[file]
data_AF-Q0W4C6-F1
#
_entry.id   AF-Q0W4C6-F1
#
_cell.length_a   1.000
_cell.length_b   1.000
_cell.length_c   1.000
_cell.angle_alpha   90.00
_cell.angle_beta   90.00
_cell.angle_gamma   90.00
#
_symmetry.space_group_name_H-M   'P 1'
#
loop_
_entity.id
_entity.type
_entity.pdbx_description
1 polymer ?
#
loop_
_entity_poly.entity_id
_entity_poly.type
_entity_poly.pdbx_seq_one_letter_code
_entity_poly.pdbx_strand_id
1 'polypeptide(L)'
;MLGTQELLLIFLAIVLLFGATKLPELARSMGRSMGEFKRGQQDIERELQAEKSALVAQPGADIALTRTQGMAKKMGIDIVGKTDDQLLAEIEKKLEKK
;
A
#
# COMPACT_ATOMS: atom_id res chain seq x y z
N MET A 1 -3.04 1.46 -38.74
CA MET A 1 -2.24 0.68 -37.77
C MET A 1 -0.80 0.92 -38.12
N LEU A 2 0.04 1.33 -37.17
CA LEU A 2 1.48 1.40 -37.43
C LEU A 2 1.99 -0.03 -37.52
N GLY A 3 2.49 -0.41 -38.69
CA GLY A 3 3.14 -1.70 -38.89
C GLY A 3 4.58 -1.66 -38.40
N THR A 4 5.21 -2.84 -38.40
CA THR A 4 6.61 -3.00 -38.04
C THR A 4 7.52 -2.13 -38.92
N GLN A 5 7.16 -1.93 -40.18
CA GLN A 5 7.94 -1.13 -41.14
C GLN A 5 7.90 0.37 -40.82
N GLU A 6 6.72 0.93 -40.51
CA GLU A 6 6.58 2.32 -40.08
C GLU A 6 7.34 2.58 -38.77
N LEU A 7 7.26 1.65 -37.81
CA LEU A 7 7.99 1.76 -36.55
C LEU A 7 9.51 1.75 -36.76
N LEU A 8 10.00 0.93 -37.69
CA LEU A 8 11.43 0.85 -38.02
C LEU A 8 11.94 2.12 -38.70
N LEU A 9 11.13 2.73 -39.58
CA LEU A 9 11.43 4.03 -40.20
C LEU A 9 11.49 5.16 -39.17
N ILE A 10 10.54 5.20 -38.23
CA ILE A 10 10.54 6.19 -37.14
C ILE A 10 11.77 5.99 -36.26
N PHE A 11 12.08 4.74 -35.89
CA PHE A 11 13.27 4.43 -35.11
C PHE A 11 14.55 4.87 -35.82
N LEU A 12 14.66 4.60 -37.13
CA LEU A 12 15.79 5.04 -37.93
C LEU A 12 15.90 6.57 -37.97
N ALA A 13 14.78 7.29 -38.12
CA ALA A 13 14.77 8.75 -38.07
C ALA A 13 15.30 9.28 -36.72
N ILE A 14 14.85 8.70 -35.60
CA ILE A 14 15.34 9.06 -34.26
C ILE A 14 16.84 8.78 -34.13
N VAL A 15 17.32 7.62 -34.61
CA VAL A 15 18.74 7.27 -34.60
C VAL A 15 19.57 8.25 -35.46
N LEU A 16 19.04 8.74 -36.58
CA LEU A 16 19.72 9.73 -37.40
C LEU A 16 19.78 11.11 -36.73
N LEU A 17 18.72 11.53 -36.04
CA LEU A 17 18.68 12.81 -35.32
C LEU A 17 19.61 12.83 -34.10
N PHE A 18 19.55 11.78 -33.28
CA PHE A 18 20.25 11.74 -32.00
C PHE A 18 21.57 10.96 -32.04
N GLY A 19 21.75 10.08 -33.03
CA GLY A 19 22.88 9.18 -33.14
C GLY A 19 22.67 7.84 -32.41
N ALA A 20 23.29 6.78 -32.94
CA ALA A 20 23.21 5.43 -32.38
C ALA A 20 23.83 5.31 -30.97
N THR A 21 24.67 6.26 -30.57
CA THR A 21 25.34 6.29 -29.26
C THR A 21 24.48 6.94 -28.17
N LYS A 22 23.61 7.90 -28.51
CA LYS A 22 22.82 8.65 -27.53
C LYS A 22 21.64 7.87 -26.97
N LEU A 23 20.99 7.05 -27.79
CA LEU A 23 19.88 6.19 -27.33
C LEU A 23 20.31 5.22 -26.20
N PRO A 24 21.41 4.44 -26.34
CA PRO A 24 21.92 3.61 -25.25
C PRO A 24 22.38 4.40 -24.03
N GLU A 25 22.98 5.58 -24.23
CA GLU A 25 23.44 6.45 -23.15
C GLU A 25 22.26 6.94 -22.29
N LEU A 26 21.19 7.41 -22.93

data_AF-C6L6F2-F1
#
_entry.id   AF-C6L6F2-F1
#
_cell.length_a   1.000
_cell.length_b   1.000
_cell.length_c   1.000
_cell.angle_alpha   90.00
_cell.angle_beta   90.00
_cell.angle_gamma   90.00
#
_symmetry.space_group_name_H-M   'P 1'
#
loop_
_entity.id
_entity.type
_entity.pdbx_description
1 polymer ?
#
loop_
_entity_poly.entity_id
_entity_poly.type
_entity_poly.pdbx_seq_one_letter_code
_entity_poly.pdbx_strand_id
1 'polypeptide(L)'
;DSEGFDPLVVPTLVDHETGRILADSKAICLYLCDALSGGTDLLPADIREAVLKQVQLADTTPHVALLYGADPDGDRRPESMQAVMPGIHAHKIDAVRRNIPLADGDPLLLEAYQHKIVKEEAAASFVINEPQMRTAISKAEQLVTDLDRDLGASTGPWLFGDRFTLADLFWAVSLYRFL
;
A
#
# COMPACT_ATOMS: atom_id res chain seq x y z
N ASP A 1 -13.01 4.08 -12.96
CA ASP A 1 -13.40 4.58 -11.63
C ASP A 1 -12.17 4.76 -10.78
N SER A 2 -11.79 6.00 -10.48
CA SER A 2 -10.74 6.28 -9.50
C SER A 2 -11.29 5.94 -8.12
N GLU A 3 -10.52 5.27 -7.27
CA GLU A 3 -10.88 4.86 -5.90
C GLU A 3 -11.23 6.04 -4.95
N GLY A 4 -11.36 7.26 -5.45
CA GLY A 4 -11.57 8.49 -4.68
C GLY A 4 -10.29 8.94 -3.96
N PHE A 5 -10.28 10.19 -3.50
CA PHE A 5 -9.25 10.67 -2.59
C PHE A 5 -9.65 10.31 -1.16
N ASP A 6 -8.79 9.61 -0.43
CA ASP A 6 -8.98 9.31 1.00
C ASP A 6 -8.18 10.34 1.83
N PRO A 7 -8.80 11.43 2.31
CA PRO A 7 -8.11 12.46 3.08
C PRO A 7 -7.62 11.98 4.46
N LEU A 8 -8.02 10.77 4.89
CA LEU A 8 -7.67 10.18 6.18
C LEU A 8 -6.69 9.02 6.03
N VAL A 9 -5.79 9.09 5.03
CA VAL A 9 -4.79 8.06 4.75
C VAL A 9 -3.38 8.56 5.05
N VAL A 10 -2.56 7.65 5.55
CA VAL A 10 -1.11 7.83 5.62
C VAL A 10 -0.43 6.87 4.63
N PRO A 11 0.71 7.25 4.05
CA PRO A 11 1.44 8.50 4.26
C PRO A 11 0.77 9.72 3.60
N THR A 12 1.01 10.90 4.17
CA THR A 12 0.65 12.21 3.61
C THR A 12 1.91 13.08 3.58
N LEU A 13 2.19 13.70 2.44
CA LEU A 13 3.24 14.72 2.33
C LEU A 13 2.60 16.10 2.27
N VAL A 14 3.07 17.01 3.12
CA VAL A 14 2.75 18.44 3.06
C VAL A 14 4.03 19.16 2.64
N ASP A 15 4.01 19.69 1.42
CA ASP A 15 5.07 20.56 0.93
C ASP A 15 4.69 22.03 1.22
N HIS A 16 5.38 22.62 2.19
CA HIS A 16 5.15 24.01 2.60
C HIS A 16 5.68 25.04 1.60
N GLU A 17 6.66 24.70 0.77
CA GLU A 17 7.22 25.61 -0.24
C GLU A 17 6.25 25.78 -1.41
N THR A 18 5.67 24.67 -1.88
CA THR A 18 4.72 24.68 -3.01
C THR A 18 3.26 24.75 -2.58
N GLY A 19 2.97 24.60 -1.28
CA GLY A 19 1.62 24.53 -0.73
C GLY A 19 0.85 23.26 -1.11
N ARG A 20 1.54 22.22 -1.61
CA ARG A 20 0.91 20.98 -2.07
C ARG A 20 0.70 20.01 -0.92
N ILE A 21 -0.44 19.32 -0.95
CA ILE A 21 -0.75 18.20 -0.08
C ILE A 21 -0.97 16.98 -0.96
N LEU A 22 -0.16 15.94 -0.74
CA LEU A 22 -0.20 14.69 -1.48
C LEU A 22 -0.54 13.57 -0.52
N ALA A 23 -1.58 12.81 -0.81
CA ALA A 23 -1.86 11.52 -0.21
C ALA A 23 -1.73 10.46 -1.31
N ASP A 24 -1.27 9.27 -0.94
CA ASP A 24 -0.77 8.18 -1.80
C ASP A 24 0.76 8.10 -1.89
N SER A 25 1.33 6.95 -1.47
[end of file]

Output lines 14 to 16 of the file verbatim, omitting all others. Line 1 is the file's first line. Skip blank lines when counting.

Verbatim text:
loop_
_entity.id
_entity.type